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Free Content Capture-recapture to estimate completeness of tuberculosis surveillance in two communities in South Africa

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BACKGROUND: Reliable surveillance is essential for any tuberculosis (TB) control programme; however, under-registration of TB cases due to under-notification of patients on treatment or failure to initiate treatment has been well-documented internationally.

OBJECTIVE: To determine the contribution of capture-recapture methods in estimating the completeness of bacteriologically confirmed pulmonary TB registration in two high-incident communities in South Africa.

METHODS: Record linkage between the TB treatment register and two laboratory sputum TB result registers and three-source log-linear capture-recapture analysis.

RESULTS: The number of bacteriologically confirmed pulmonary TB cases in the TB treatment register was 243, with an additional 63 cases identified in the two laboratory databases, resulting in 306 TB cases. The observed completeness of the TB treatment register was 79%. The log-linear model estimated 326 (95%CI 314–355) TB cases, resulting in an estimated completeness of registration of 75% (95%CI 68–77).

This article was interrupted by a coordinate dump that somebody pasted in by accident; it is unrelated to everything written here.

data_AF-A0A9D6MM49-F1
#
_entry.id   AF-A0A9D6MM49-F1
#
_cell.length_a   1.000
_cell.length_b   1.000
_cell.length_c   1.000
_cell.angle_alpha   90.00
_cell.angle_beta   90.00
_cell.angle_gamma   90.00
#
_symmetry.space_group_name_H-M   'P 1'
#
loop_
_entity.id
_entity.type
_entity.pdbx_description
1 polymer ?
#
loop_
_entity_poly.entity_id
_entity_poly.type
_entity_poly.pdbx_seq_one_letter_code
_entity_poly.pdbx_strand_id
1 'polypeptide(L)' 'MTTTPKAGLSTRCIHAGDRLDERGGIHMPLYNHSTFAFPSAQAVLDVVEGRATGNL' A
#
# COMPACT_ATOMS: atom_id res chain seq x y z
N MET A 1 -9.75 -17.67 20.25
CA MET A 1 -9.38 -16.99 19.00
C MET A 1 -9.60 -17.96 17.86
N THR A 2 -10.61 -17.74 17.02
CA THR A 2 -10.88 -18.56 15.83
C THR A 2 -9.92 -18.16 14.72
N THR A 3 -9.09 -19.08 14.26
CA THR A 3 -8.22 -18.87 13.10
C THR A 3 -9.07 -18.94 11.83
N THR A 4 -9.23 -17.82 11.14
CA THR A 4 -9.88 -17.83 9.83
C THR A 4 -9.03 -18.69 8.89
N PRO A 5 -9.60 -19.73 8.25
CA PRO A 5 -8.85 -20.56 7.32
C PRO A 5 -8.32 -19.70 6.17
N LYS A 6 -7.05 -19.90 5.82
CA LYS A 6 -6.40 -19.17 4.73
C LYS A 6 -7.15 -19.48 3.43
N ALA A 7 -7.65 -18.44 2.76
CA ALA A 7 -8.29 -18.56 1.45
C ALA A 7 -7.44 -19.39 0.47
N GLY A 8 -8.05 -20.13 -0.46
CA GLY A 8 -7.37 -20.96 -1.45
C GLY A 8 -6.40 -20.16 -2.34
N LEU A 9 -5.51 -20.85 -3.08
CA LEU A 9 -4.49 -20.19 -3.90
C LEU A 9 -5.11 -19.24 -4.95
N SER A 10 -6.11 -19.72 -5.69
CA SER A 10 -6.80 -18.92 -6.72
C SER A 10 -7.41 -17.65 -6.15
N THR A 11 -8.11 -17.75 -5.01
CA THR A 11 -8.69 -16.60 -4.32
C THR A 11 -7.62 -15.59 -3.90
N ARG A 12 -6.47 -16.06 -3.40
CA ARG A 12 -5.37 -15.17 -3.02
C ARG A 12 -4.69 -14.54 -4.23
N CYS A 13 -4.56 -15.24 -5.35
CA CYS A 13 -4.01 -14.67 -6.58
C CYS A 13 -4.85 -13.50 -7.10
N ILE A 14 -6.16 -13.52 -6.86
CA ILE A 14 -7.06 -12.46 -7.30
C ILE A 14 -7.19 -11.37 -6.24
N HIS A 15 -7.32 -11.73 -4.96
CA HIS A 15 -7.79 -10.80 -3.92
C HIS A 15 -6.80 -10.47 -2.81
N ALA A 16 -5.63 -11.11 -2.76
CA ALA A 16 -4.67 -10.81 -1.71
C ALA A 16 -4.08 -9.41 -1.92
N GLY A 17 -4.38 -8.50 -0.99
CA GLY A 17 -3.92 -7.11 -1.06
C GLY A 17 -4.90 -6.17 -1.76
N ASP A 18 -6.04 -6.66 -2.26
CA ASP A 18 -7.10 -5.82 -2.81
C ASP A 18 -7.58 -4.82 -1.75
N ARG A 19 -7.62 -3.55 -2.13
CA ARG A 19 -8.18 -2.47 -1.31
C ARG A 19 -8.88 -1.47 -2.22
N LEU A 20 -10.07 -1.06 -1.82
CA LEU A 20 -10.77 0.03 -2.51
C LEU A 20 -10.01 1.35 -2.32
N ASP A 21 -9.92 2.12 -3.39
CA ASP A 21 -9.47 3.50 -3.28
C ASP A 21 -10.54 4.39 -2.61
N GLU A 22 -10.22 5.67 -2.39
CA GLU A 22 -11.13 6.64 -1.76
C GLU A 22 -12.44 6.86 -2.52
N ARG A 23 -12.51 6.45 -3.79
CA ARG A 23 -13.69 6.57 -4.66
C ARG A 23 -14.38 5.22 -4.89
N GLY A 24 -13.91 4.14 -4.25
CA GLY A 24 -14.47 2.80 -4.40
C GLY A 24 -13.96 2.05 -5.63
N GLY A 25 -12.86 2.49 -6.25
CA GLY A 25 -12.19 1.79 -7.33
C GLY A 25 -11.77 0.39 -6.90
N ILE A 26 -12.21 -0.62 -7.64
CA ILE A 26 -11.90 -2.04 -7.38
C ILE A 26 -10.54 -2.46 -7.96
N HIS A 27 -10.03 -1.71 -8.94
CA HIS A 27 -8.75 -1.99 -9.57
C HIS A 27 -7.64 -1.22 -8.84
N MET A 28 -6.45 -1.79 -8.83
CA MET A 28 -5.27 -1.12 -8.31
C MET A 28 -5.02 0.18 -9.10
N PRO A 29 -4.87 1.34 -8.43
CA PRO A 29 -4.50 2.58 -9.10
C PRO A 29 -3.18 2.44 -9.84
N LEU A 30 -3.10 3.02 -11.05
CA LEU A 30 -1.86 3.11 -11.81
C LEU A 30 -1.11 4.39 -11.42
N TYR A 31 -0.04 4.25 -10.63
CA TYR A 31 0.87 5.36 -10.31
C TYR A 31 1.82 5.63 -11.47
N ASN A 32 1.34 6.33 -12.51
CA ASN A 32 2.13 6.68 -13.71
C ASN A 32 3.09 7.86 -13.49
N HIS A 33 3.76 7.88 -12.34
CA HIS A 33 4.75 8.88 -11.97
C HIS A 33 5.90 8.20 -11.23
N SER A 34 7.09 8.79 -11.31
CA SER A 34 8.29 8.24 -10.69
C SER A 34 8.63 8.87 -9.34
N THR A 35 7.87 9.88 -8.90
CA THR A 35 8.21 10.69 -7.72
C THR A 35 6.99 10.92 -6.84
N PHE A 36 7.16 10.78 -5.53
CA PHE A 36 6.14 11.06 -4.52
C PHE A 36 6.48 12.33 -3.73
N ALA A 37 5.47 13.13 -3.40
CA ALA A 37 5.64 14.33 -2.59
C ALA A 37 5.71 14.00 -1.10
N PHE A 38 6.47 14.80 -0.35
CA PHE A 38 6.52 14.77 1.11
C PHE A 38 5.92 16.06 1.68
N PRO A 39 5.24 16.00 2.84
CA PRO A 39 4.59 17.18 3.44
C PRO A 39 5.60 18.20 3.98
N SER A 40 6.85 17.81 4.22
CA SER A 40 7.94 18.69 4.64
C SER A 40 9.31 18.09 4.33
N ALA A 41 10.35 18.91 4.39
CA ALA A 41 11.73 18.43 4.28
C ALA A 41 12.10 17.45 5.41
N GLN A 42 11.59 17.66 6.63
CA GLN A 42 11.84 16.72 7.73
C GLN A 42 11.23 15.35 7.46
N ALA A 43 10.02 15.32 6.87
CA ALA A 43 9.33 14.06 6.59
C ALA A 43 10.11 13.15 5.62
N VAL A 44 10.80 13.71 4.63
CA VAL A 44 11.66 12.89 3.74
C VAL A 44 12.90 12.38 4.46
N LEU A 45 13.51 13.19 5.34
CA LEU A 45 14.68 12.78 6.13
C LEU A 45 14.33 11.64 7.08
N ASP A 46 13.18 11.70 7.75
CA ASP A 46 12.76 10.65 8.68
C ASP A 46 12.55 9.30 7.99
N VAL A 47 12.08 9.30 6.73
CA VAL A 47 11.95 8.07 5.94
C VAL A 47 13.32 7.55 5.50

CONCLUSION: Capture-recapture can be useful in evaluating the completeness of TB control surveillance and registration, including in resource-limited settings; however, methodology and results should be carefully assessed. Interventions are needed to increase the completeness of registration and to reduce the number of initial defaulters.
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Keywords: capture-recapture; case registration; initial defaulters; record linking; tuberculosis

Document Type: Regular Paper

Affiliations: 1: Desmond Tutu TB Centre, Department of Paediatrics and Child Health, Faculty of Health Sciences, Stellenbosch University, Cape Town, South Africa 2: Department of Tuberculosis Control, Municipal Public Health Service Rotterdam-Rijnmond, Rotterdam, The Netherlands 3: KNCV Tuberculosis Foundation, The Hague, The Netherlands; and Centre for Infection and Immunity Amsterdam (CINIMA), Academic Medical Centre, University of Amsterdam, The Netherlands 4: International Union Against Tuberculosis and Lung Disease, Paris, France 5: Biostatistics Unit, Medical Research Council, Cape Town, South Africa 6: Division of Community Health, Stellenbosch University, Cape Town, South Africa

Publication date: 2011-08-01

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  • The International Journal of Tuberculosis and Lung Disease publishes articles on all aspects of lung health, including public health-related issues such as training programmes, cost-benefit analysis, legislation, epidemiology, intervention studies and health systems research. The IJTLD is dedicated to the continuing education of physicians and health personnel and the dissemination of information on tuberculosis and lung health world-wide.

    Certain IJTLD articles are selected for translation into French, Spanish, Chinese or Russian. They are available on the Union website

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